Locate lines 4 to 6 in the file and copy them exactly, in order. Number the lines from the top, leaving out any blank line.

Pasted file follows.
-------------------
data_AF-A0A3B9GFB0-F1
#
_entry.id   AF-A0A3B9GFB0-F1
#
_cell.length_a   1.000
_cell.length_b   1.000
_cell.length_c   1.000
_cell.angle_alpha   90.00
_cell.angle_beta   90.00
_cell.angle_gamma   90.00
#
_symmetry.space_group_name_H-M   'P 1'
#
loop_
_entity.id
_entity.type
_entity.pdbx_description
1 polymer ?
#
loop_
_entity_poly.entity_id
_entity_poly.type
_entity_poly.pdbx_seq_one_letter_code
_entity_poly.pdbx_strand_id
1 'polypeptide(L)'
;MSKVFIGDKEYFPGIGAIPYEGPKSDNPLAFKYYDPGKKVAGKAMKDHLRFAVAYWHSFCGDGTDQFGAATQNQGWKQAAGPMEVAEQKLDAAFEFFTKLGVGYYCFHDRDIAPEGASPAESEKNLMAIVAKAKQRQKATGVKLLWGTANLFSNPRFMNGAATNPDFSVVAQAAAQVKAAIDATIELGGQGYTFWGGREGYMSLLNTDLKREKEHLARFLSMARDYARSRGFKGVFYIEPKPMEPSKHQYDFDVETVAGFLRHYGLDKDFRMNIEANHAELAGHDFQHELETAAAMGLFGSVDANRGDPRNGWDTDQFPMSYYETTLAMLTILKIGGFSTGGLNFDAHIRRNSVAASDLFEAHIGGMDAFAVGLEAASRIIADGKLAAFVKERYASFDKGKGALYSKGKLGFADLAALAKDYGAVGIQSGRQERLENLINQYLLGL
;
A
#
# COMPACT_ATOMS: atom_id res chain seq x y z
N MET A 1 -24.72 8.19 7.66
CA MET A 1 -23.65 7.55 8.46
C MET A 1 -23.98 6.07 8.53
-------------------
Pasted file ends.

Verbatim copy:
#
_cell.length_a   1.000
_cell.length_b   1.000